EU tells Britain to protect data or delete them after Brexit

BRUSSELS (Reuters) - The European Union wants Britain to protect data it has in storage on continental Europeans after Brexit and maintain bans on cheap imitations of locally branded EU produce like cognac or Parma ham.

The proposals were among those made in further position papers published by the European Commission’s Brexit negotiators on Thursday for consultation with the other 27 EU member states which offered a glimpse of thinking in Brussels about future trade ties with Britain, despite an EU refusal to start talks.

The British government has voiced frustration at the refusal of EU negotiators to open discussions on a future free trade pact until London makes concessions on elements that must be settled to avoid legal chaos when Britain leaves in March 2019.

However, in spelling out what it wants to happen on some issues on Brexit Day, the Union is having to say what it wants after that point - for example, on the protection of personal data gathered on either side of the English Channel under EU law or on trademarks and other intellectual property.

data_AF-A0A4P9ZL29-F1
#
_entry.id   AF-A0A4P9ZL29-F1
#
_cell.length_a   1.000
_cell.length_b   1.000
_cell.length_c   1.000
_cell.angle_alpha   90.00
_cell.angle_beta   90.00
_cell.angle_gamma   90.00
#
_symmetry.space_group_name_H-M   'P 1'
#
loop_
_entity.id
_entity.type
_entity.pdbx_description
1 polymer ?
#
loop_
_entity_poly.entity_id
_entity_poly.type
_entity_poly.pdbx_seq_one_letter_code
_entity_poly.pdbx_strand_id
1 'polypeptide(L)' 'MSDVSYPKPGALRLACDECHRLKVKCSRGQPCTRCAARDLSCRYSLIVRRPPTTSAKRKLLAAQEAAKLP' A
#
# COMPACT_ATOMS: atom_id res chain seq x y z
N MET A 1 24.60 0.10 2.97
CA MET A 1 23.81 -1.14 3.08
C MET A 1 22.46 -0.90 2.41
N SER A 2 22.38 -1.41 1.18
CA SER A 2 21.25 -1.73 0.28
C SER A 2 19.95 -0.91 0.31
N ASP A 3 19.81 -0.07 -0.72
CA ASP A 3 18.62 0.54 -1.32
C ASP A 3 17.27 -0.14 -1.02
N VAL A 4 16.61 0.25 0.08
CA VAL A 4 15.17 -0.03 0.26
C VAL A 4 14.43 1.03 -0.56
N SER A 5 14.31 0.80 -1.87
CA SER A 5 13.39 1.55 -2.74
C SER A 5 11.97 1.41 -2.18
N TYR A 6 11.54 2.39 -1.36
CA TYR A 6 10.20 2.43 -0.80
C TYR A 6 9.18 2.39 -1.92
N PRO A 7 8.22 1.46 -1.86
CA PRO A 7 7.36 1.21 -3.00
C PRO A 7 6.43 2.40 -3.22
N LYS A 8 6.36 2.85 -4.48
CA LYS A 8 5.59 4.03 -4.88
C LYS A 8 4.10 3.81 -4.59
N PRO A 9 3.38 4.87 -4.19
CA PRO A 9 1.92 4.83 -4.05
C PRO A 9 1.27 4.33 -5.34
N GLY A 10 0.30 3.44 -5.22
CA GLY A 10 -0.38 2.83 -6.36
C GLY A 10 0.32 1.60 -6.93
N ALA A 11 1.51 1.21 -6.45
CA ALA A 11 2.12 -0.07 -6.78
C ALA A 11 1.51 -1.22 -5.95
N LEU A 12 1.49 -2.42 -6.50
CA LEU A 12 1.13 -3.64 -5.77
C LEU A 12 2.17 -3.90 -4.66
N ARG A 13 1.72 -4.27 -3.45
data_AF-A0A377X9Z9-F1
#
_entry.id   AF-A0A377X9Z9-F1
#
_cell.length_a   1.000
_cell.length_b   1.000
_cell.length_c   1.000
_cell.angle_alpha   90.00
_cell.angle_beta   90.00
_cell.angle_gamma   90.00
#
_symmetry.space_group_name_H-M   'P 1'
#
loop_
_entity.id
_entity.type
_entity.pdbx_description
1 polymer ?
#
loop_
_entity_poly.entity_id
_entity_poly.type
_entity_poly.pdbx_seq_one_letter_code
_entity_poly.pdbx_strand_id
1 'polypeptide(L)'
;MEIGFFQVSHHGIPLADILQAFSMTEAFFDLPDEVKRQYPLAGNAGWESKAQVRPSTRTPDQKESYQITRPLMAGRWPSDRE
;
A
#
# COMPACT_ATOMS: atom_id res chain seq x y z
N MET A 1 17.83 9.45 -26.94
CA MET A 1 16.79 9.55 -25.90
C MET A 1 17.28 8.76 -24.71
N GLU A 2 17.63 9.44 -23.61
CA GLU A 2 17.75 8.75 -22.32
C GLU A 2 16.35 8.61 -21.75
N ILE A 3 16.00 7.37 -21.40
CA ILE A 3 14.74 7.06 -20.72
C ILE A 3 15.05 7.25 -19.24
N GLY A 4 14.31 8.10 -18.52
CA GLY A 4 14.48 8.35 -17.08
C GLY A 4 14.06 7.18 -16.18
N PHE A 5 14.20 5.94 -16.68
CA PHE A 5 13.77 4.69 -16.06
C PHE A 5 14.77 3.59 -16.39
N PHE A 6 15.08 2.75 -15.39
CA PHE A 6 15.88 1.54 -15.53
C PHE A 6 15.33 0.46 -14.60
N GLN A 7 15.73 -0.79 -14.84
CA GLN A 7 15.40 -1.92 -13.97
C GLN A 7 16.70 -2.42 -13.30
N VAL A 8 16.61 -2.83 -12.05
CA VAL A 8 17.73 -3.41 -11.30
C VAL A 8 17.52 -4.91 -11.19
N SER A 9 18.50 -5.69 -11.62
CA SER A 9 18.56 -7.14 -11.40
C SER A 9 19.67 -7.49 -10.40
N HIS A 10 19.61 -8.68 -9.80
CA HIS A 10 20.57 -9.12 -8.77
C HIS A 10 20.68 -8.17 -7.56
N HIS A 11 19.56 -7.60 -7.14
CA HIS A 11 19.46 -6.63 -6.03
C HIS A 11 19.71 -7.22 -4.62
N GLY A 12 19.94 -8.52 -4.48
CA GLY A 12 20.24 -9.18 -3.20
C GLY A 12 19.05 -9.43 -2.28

The paper on data protection says Britain may continue to use data gathered before exit day once it has left the EU as long as it continues applying the same level of protection, otherwise it must destroy the data.

Britain will also lose access to EU “networks, information systems and databases” on the day it leaves, the paper says.

That would include, for example, the information system underpinning the European Health Insurance Card (EHIC) scheme.

It makes no mention of how data could continue to flow after Brexit, unlike the British paper which sought continued close collaboration with the EU on data protection once Britain quits the bloc.

In a separate paper on intellectual property, the EU said Britain must have legislation in place to keep on protecting locally branded produce under the Protected Geographical Indication (PGI) scheme.

The PGI system identifies products as originating from a particular region, like Cornish pasties or Roquefort cheese, meaning others cannot market imitations with that same name.

Reporting by Alastair Macdonald and Julia Fioretti; Editing by Andrew Heavens